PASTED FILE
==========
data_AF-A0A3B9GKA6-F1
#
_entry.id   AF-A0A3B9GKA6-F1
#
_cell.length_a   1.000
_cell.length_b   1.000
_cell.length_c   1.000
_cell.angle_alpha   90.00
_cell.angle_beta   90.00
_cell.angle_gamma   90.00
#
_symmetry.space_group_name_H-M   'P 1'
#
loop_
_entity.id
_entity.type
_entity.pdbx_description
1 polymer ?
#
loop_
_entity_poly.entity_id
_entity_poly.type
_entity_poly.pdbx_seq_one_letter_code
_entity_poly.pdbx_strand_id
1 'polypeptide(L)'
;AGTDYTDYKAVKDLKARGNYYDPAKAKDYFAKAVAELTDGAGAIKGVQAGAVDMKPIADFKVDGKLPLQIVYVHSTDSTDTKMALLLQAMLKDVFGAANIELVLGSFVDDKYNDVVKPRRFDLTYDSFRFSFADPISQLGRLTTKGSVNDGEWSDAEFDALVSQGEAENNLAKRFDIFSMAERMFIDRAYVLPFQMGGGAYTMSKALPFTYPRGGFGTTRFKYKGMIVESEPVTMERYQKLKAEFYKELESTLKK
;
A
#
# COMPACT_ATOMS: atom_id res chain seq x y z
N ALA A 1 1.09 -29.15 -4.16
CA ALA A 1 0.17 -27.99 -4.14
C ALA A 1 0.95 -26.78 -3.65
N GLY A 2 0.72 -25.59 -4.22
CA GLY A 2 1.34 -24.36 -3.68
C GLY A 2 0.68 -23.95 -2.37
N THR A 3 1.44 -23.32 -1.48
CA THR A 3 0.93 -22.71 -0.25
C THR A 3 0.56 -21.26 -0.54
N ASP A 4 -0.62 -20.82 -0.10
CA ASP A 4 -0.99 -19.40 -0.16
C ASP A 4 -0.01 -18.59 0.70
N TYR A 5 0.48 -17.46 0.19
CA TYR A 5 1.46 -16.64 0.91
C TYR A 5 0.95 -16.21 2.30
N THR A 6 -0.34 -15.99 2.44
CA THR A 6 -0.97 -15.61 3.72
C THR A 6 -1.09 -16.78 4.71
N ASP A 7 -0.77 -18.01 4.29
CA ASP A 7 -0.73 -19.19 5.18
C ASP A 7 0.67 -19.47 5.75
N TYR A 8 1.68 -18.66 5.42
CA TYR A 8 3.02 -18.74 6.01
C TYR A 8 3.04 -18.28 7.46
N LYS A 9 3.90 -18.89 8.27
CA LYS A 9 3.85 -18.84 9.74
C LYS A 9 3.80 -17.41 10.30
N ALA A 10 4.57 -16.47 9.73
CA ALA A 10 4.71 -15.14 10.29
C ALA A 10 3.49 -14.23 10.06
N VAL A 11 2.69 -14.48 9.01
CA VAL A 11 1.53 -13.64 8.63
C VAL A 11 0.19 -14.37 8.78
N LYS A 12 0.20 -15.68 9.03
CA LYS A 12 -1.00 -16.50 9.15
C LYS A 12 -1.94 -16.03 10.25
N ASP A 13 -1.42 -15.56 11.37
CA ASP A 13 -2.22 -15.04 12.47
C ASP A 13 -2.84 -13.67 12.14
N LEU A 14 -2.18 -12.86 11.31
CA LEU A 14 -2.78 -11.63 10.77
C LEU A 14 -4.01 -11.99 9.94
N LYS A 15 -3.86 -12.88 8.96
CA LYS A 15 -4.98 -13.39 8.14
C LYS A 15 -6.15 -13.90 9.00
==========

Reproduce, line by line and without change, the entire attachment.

data_AF-A0A3B9GKA6-F1
#
_entry.id   AF-A0A3B9GKA6-F1
#
_cell.length_a   1.000
_cell.length_b   1.000
_cell.length_c   1.000
_cell.angle_alpha   90.00
_cell.angle_beta   90.00
_cell.angle_gamma   90.00
#
_symmetry.space_group_name_H-M   'P 1'
#
loop_
_entity.id
_entity.type
_entity.pdbx_description
1 polymer ?
#
loop_
_entity_poly.entity_id
_entity_poly.type
_entity_poly.pdbx_seq_one_letter_code
_entity_poly.pdbx_strand_id
1 'polypeptide(L)'
;AGTDYTDYKAVKDLKARGNYYDPAKAKDYFAKAVAELTDGAGAIKGVQAGAVDMKPIADFKVDGKLPLQIVYVHSTDSTDTKMALLLQAMLKDVFGAANIELVLGSFVDDKYNDVVKPRRFDLTYDSFRFSFADPISQLGRLTTKGSVNDGEWSDAEFDALVSQGEAENNLAKRFDIFSMAERMFIDRAYVLPFQMGGGAYTMSKALPFTYPRGGFGTTRFKYKGMIVESEPVTMERYQKLKAEFYKELESTLKK
;
A
#
# COMPACT_ATOMS: atom_id res chain seq x y z
N ALA A 1 1.09 -29.15 -4.16
CA ALA A 1 0.17 -27.99 -4.14
C ALA A 1 0.95 -26.78 -3.65
N GLY A 2 0.72 -25.59 -4.22
CA GLY A 2 1.34 -24.36 -3.68
C GLY A 2 0.68 -23.95 -2.37
N THR A 3 1.44 -23.32 -1.48
CA THR A 3 0.93 -22.71 -0.25
C THR A 3 0.56 -21.26 -0.54
N ASP A 4 -0.62 -20.82 -0.10
CA ASP A 4 -0.99 -19.40 -0.16
C ASP A 4 -0.01 -18.59 0.70
N TYR A 5 0.48 -17.46 0.19
CA TYR A 5 1.46 -16.64 0.91
C TYR A 5 0.95 -16.21 2.30
N THR A 6 -0.34 -15.99 2.44
CA THR A 6 -0.97 -15.61 3.72
C THR A 6 -1.09 -16.78 4.71
N ASP A 7 -0.77 -18.01 4.29
CA ASP A 7 -0.73 -19.19 5.18
C ASP A 7 0.67 -19.47 5.75
N TYR A 8 1.68 -18.66 5.42
CA TYR A 8 3.02 -18.74 6.01
C TYR A 8 3.04 -18.28 7.46
N LYS A 9 3.90 -18.89 8.27
CA LYS A 9 3.85 -18.84 9.74
C LYS A 9 3.80 -17.41 10.30
N ALA A 10 4.57 -16.47 9.73
CA ALA A 10 4.71 -15.14 10.29
C ALA A 10 3.49 -14.23 10.06
N VAL A 11 2.69 -14.48 9.01
CA VAL A 11 1.53 -13.64 8.63
C VAL A 11 0.19 -14.37 8.78
N LYS A 12 0.20 -15.68 9.03
CA LYS A 12 -1.00 -16.50 9.15
C LYS A 12 -1.94 -16.03 10.25
N ASP A 13 -1.42 -15.56 11.37
CA ASP A 13 -2.22 -15.04 12.47
C ASP A 13 -2.84 -13.67 12.14
N LEU A 14 -2.18 -12.86 11.31
CA LEU A 14 -2.78 -11.63 10.77
C LEU A 14 -4.01 -11.99 9.94
N LYS A 15 -3.86 -12.88 8.96
CA LYS A 15 -4.98 -13.39 8.14
C LYS A 15 -6.15 -13.90 9.00